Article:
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6 Ways To Fill Vacant Nights At Your Vacation Rental [And When Not To]

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It’s a given—as a property manager, you’ll have a high season, and a low season, where you’ll need a little extra help to fill vacant nights. But that doesn’t mean that the slower months can’t be advantageous to your vacation rental business. With a few tools, tweaks and research dives, you can keep your vacation rental bookings steady throughout the year. Here are six strategies to point you in the right direction, plus an insider tip on when not to fill vacant nights.

  1. Use a dynamic pricing tool to fill vacant nights.
  2. Message guests and offer specials on vacancies between vacation rental bookings.
  3. Appeal to remote workers and encourage mid-term stays during slow months.
  4. Use research to identify your typical low-season guest.
  5. Emphasize seasonal pricing and features to fill vacant nights.
  6. Consider changing your cancellation policy or easing up on rules.

1. Use a dynamic pricing tool to fill vacant nights.

Mathematical magic or pure wizardry? Whatever you choose to call it, dynamic pricing can significantly help your vacation rental bookings. Using algorithms to look at the big picture (aka the supply and demand in your area), dynamic pricing technology adjusts rates in real-time, helping fill vacant nights by:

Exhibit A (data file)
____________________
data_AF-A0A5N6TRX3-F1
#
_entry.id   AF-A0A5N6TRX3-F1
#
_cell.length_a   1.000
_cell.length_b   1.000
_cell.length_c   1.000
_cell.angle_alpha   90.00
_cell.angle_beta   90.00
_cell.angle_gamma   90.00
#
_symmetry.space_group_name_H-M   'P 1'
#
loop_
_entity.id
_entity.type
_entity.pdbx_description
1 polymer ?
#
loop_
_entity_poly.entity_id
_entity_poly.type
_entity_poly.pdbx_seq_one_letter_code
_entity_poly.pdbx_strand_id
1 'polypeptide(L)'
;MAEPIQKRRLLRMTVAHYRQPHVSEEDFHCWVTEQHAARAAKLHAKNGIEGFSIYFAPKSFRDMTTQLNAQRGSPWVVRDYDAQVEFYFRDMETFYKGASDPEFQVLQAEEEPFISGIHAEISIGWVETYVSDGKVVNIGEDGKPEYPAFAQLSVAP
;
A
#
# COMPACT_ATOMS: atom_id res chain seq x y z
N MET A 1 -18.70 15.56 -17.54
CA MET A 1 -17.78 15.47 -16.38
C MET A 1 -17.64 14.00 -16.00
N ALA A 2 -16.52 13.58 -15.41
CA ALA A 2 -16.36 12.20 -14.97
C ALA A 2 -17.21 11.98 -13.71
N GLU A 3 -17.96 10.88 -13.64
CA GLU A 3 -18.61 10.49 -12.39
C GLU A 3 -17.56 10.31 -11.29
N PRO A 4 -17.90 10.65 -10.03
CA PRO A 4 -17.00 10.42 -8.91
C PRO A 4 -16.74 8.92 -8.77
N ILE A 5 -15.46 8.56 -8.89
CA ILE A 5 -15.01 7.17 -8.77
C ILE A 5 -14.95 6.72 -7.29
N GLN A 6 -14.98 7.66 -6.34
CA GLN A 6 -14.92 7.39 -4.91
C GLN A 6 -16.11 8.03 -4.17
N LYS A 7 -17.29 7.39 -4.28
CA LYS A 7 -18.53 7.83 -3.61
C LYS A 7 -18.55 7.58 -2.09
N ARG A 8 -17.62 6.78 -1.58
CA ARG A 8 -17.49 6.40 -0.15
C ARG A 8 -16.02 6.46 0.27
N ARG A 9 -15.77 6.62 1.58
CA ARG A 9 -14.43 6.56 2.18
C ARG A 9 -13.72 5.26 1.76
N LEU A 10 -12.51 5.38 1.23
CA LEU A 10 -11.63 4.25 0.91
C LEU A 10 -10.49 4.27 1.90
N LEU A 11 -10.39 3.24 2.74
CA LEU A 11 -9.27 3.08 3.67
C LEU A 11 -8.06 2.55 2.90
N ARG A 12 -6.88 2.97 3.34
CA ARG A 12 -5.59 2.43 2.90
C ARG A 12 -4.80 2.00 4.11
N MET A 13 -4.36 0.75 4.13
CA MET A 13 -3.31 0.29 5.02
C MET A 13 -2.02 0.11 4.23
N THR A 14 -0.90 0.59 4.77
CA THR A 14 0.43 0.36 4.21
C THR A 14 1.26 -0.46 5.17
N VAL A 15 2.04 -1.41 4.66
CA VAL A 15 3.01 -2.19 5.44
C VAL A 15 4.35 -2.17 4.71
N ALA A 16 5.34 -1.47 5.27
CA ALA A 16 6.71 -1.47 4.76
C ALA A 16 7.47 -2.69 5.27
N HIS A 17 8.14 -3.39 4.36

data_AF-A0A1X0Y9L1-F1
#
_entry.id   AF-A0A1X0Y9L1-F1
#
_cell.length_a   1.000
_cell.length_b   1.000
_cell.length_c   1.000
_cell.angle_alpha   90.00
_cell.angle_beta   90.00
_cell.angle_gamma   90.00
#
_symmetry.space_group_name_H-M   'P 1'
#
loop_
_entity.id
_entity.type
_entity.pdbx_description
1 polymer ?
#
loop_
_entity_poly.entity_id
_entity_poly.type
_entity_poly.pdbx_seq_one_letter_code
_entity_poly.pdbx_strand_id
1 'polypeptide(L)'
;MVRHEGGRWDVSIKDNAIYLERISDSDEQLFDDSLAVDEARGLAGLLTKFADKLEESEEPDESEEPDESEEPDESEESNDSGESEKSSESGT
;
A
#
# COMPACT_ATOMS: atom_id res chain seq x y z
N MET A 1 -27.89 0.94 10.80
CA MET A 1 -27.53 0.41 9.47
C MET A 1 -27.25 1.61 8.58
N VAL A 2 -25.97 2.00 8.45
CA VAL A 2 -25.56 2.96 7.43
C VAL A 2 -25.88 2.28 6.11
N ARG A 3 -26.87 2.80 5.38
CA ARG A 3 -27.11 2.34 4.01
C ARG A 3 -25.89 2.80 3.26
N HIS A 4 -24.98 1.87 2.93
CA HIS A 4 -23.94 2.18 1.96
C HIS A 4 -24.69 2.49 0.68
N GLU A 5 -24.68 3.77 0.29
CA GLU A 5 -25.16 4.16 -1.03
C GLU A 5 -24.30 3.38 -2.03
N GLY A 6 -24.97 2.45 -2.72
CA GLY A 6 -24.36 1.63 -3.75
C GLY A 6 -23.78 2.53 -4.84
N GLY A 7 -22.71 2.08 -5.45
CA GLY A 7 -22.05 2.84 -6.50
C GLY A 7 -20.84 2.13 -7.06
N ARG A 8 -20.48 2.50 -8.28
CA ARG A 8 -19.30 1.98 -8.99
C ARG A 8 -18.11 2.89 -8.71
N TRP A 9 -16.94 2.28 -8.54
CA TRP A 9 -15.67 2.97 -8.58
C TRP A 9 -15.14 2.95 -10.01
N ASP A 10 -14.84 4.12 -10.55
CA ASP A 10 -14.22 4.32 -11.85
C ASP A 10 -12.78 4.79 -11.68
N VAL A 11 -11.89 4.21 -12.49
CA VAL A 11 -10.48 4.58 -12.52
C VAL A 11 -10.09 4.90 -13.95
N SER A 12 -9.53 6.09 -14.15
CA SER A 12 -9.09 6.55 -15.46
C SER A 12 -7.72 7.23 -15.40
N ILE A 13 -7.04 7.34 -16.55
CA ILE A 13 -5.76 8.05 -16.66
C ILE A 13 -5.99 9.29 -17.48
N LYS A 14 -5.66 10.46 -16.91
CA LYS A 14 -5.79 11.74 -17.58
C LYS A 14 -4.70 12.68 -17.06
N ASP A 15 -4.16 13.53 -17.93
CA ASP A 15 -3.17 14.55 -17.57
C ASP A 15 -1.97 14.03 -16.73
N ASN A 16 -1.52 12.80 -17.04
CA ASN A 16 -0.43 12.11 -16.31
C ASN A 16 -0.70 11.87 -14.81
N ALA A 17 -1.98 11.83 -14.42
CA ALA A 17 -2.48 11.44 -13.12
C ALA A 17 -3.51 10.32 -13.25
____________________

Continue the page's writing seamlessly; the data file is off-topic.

• Enticing last-minute reservations by gently lowering rates on upcoming available days
  • Setting competitive pricing in the off-season—ultimately increasing conversion and strongly positioning your home for peak season
  • Incentivizing extended stays by generating discounts on “orphan days” (the dangling unbooked days between stays—think the Thursday before a weekend booking)*

*Having guests extend their stay is one of the easiest ways to fill your vacation rental vacancy and increase your revenue. Plus, you’ll save money in the long run with fewer cleanings and less wear and tear on your home.

2. Message guests and offer specials on vacancies between vacation rental bookings.